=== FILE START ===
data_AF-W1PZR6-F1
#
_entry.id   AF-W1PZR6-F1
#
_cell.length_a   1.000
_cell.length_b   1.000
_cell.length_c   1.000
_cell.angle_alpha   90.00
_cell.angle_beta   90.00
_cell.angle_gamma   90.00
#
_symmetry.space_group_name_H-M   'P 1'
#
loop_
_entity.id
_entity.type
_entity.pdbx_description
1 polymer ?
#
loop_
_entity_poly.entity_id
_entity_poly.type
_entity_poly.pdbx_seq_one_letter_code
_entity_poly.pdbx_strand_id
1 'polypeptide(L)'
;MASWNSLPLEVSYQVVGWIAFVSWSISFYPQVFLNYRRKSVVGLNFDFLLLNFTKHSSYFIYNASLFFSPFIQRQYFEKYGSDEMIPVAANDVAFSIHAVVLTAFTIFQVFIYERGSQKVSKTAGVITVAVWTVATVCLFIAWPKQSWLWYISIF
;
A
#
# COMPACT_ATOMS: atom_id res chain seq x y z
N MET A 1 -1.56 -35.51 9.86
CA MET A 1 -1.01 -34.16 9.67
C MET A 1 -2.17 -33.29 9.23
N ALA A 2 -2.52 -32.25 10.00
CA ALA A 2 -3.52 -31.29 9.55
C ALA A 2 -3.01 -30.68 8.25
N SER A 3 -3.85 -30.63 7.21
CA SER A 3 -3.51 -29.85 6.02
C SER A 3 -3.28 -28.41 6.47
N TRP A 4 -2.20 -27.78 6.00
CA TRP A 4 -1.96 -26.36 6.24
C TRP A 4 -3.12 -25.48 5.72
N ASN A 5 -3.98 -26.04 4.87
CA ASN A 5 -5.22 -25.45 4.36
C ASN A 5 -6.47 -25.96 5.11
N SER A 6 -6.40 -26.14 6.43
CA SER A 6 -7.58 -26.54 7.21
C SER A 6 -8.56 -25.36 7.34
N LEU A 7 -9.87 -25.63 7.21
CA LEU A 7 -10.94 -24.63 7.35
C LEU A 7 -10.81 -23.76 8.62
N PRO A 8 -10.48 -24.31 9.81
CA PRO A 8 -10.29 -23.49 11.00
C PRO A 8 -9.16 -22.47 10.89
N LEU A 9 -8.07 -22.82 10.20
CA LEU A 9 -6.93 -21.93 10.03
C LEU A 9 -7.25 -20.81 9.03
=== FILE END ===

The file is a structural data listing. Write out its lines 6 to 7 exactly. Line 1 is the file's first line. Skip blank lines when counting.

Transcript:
_cell.length_b   1.000
_cell.length_c   1.000